The preservation of Guyana’s forests and adherence to the country’s Low Carbon Development Strategy (LCDS) in order to combat climate change and lower carbon emissions is a critical objective of the the new oil producing country.
On Thursday, President Irfaan Ali said that the country remains committed to its Low Carbon Strategy, noting, “Guyana proudly accepts its share of responsibility for climate action, fighting the pandemic, and advancing along the path to sustainable development.”
He was at the time addressing the Virtual National Flagship Event, in Commemoration of Guyana’s Chairmanship of the G-77 and China, which was held under the theme “Maintaining a Low Carbon Development Path towards the 2030 Agenda in the Era of COVID-19.”
This statement comes at an important juncture–one where Guyana is now an oil producing nation with a targeted production of 750,000 barrels per day by 2025/6 and peak output of around 1.4 million barrels per day by 2035.
Two years ago, the United Nations Resident Coordinator to Guyana, Mikiko Tanaka had warned that with Guyana becoming an oil producer, the preservation of the country’s carbon sink is of great importance.
“With the production of oil and gas in the near future, Guyana’s contribution to overall emissions may increase. Urbanisation will probably accelerate in line with global trends. As such, the importance of Guyana’s forests in their role also as a carbon sink will also increase as will efforts to transform Guyana’s consumption, production, and energy use into sustainable and meaningful activities,” she had said.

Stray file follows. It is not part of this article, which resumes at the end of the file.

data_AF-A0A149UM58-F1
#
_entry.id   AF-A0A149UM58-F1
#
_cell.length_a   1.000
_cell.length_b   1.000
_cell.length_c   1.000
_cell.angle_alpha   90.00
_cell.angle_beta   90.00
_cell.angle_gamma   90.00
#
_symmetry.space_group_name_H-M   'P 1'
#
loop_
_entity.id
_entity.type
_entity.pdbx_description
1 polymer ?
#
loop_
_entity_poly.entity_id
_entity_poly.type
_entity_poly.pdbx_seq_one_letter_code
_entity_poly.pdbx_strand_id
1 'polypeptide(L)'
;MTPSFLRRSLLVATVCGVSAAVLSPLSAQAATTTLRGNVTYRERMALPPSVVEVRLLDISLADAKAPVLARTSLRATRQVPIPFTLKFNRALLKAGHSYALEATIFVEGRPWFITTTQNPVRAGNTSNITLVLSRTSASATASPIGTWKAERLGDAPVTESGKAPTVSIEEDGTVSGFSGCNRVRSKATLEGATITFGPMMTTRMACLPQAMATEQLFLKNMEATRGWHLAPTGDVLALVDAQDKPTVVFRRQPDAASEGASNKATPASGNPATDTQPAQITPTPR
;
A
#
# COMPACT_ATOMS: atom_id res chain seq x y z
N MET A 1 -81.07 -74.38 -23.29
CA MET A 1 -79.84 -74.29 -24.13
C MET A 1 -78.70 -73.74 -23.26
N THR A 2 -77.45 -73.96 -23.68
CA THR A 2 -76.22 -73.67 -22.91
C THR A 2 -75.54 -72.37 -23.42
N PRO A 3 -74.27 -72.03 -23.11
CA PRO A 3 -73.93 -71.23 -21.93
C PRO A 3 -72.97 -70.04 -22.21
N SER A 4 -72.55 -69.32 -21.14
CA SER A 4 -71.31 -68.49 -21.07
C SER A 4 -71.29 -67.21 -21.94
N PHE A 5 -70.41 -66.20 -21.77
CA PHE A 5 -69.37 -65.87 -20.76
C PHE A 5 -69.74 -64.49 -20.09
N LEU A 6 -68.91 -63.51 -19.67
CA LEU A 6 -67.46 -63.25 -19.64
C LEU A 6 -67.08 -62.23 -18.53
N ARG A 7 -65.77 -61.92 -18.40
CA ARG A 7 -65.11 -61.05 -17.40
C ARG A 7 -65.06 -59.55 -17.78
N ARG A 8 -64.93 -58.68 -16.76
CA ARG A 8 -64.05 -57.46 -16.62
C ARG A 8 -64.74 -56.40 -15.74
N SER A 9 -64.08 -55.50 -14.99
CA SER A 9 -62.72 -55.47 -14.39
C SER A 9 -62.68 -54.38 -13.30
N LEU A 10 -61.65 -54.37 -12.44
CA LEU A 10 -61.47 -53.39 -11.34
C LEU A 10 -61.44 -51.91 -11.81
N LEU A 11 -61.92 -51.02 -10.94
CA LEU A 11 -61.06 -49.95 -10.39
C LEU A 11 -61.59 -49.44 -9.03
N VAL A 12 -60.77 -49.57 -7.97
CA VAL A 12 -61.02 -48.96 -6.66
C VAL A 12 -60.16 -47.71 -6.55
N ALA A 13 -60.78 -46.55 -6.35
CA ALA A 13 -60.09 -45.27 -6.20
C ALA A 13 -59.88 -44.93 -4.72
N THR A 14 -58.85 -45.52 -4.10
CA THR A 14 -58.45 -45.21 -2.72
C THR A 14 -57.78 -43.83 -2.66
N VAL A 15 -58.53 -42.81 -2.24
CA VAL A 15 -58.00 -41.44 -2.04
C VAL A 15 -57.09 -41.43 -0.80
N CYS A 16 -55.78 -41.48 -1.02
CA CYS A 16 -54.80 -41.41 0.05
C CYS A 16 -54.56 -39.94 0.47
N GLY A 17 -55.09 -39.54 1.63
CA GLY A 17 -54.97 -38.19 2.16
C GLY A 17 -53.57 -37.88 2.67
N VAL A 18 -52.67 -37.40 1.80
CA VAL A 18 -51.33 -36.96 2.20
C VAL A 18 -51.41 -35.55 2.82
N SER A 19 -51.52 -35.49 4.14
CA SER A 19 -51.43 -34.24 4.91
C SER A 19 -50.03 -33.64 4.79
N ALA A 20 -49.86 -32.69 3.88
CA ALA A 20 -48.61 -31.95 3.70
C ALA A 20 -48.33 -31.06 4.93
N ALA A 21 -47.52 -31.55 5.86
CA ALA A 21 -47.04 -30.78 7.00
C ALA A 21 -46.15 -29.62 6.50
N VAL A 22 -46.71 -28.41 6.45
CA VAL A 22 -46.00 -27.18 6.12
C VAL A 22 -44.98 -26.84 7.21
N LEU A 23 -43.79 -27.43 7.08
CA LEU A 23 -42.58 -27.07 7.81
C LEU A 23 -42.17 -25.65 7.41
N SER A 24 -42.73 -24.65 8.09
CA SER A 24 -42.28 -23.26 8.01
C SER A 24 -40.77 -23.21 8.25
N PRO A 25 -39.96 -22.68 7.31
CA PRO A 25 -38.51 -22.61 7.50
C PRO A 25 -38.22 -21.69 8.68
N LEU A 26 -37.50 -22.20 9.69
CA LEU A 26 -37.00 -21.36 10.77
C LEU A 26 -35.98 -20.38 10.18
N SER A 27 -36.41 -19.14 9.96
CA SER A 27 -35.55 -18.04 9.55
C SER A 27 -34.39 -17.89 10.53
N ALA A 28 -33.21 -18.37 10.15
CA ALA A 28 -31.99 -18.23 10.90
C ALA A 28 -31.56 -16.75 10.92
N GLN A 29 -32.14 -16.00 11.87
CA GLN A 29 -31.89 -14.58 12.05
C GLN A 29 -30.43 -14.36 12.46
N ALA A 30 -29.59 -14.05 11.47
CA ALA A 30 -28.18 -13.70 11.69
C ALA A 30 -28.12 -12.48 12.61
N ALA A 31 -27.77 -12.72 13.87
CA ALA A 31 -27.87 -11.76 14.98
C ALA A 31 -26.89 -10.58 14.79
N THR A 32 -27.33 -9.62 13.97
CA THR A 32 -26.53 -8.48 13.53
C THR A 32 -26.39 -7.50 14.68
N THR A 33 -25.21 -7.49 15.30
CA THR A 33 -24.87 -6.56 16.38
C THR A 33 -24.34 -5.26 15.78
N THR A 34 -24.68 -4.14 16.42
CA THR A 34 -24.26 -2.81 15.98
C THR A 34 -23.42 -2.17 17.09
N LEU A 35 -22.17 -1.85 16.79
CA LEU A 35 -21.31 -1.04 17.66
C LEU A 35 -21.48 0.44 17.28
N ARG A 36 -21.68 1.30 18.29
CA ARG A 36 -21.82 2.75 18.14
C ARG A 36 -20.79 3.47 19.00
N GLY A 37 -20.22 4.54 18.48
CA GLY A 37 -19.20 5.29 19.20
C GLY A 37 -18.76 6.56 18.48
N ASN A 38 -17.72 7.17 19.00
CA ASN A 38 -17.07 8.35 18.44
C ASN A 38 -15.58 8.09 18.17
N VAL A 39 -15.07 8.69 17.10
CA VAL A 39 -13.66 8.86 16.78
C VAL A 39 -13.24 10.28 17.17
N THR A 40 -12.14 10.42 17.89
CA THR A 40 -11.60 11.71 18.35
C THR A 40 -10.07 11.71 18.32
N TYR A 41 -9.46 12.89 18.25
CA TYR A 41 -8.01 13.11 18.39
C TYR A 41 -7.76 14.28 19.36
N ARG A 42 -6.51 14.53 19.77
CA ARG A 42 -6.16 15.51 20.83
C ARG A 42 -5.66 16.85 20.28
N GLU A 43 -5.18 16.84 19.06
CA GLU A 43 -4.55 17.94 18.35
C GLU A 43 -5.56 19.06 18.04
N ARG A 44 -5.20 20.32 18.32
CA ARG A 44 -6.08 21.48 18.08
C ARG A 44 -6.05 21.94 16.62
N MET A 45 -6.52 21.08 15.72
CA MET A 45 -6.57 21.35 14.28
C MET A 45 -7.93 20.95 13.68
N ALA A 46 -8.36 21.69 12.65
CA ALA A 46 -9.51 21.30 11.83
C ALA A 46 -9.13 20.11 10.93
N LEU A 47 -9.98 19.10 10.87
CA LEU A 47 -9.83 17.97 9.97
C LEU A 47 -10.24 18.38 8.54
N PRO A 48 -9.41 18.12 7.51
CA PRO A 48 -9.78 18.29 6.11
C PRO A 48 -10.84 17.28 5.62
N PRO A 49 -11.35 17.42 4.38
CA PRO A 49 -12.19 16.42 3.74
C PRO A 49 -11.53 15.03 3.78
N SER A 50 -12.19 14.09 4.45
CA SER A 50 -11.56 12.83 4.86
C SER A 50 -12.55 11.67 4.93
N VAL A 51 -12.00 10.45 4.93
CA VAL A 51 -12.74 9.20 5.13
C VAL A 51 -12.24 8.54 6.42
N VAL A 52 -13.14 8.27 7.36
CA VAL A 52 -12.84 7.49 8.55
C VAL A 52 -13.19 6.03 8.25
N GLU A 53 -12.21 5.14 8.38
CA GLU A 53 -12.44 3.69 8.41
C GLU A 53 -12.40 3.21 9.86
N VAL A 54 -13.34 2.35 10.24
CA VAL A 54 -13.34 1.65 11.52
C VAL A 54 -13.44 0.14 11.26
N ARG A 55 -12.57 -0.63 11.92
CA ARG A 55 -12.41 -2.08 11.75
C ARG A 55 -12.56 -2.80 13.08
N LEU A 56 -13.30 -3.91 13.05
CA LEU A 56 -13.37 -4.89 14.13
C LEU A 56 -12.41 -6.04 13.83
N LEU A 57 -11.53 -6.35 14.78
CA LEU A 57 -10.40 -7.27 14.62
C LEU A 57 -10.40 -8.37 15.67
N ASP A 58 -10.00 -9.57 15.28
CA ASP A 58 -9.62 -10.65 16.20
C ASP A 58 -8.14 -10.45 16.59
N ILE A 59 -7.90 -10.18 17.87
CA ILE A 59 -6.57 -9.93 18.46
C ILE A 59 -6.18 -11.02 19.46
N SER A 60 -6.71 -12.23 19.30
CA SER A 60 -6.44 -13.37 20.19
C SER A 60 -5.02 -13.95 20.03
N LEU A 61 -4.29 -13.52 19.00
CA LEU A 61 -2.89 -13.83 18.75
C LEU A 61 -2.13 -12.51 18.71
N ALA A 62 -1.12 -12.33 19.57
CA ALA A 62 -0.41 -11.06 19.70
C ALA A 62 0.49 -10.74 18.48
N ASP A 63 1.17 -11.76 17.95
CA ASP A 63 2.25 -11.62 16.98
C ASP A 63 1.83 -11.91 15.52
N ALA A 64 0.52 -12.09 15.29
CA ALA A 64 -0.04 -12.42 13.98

A carbon sink is anything that absorbs more carbon than it releases as carbon dioxide, and Guyana’s vast forests fall under this category as it reduces the carbon emissions into the atmosphere when the trees absorb the carbon. In fact, under the ‘Reducing Emissions from Deforestation and Forest Degradation’ (REDD+) deal, the Kingdom of Norway signed an agreement with Guyana in 2009 to pay US$250 million over five years for Guyana’s performance on limiting emissions from deforestation and forest degradation. In other words, the country is being paid not to chop down their trees.
“Guyana as a net carbon sink, is ‘particularly vulnerable’ to climate change because of its geography and historical settlement patterns,” the Guyanese President told the virtual gathering, noting that the Low Carbon Development Strategy is aimed at transforming Guyana’s economy to better deliver greater socio-economic benefits to the people by following a low carbon development path while at the same time mainstreaming climate resilience.
“As part of the LCDS, and working in partnership with the Kingdom of Norway, Guyana was able to develop and implement one of the first national scale payment for forest climate services through avoided deforestation and sustainable management of our forest resources,” the President said. “We remain committed to advancing the LCDS and to collaborate with international partners to expand our work on REDD+ and payment for forest climate and ecosystem services.”
The government has said it intends to use revenues from oil production to boost other sectors of the economy such as agriculture and infrastructure and will also utilize these proceeds to further the country’s low carbon agenda.
Already, plans are under way to pipe natural gas to shore as a cleaner and cheaper alternative to heavy oil which is currently being used for power generation in the South American country.